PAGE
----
RTSP vs. JPEG vs. ONVIF (noob questions)


#1

Hello,
I am a recovering Dropcam user that got fed up with Nest/Google and bought a few Foscam 9831P network cameras so please cut me a little slack and don’t tear my head off for noob questions :slight_smile: I am trying to have my cake and eat it too, so I have stumbled through Zoneminder, Blueiris, and now am looking at Netcam Studio.

I am both Winders and *nix literate and have my own Compaq DL380 server running Vmware ESXi with 2 physical procs with quad cores, Hyperthreaded, and 24GB of memory. I also have a Synology DS 1511 NAS array. I also have two Panasonic BB-HCM381A netcams along with (3) Foscam 9831P cams.

I would LIKE to set up a Network Video Recorder/system using the Foscam’s (all indoors) and the Panasonic cams (1 outdoor, 1 indoor), with audio and motion alerts to my cell phone (either email or txt, with pic or links to video). I would also like to be able to view video streams (live and recorded) on my desktop, tablet, and cell phone. I would also like to leverage either my external hosted site (godaddy), or maybe something like Google Drive or Dropsync, to have my videos uploaded and away from my home computers in case of bad things (or people). I am not averse to using the native Foscam or Panasonic software to directly connect to the cameras for live viewing, and use the NVR software for looking back in time.

The Foscams looked easy enough to set up with Netcam Server but I’m curious about the benefits of RTSP and ONVIF, if there are any, vs. the default of JPEG. Can one of you more informed members give me a little schooling on why I should use one or the other (or even IF I can), and maybe enlighten me as to whether or not I can accomplish all the things I’m looking for with this product? Thanks very much for your time and patience.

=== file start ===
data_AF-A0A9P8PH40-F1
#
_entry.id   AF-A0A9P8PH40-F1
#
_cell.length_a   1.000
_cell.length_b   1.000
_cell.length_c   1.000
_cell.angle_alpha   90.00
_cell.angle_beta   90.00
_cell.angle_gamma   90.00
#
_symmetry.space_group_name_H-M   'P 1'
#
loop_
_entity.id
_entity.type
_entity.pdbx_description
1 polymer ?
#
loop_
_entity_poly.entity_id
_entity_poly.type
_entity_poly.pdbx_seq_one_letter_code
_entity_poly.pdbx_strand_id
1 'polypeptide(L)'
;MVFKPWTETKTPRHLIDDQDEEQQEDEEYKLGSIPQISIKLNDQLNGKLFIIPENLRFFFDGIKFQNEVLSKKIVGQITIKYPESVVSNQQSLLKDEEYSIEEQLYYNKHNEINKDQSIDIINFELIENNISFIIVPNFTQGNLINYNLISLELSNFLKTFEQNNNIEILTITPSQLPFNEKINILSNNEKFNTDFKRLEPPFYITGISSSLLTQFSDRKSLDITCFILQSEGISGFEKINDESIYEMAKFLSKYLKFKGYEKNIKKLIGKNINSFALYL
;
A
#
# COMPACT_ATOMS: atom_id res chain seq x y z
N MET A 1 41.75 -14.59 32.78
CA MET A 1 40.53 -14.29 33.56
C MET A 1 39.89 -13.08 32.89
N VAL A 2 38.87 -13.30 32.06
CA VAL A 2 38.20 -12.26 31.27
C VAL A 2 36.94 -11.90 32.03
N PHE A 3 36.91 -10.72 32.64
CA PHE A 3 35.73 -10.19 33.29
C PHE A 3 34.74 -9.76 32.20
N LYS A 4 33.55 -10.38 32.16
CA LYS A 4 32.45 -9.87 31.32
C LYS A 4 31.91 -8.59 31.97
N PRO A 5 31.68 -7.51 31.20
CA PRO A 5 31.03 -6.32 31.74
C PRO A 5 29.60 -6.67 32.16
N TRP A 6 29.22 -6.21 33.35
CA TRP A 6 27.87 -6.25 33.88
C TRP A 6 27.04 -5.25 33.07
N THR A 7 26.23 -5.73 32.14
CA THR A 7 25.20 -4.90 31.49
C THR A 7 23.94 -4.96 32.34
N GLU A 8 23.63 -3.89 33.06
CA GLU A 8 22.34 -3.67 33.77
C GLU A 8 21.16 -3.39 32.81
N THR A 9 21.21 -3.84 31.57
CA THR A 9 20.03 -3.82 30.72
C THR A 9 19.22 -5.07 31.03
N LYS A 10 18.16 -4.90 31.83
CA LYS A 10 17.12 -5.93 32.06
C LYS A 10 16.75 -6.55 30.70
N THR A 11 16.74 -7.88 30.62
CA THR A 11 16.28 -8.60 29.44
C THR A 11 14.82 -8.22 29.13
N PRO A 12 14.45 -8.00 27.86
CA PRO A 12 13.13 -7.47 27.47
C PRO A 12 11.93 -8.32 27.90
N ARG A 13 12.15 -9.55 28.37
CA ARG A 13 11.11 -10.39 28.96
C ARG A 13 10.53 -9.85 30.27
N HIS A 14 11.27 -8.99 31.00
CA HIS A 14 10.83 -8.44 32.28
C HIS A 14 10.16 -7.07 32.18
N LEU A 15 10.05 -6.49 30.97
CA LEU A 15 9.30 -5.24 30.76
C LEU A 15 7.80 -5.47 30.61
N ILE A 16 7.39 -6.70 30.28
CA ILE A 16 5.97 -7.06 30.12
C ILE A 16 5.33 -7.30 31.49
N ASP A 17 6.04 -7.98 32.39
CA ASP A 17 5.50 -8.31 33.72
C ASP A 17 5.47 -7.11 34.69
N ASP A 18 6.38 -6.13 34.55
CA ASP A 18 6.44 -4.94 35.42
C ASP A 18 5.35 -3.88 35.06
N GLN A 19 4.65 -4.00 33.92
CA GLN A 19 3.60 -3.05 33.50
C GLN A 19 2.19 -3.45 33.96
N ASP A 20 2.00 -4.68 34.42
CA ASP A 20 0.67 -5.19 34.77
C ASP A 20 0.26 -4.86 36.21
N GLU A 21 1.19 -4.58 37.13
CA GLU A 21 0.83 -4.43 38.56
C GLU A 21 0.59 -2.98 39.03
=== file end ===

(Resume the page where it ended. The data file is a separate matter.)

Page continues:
Marv


#2

JPEG vs RTSP should provide noticable differences:

  • JPEG is slower but can be higher quality depending on cameras
  • RTSP / MPEG4 offers faster frame rate and may support audio or offer higher resolutions. It however may be more cpu intensive or have delays

ONVIF is not comparable since it has nothing to do with this. ONVIF just allows devices to be detected automatically by softwares or other devices running on the same network.


#3

@Admin. A follow up question to this. I have 15 cams and the workload on the cpu is very often around 95% and sometimes 100% which results in problems with time jumps in the video. All the cams use rtrsp/h.264 which from above is rather cpu intensive. 8 cams are HD, Megapixel cams with only h.264, but 7 of the cams have also MJPEG. Would it lover the cpu load to move from h.264 to MJPEG for these cams? I assume that the network traffic will increase? If so that is no problem since I am running everything on a Gbit backbone.


#4

Yes, moving some cameras to MJPEG will probably help in term of CPU but then it also depends what you do with the streams.

If it’s just to monitor remotely then the camera are going to sleep when not in use and should use almost no CPU. On the other end, if there is Motion Detection or Recording on those cameras, it means that they are constantly on and in use and here it starts to be very intensive since both MD and recording also additionally use resources.


#5

Thanks for reply ;). All the cameras use MD and some of the HD cams sees the same area, but from different angels and therefore MD is triggered for several cameras at the same time which result in a high cpu load. I moved from h264 to MPEG, but I do not see any significant change in cpu load. Under Recording Settings there are parameters that can be changed. Which parameter affects the cpu load most?


#6

Changing the recording preset to ultrafast will help the most.

It will however result in bigger files (less compressed).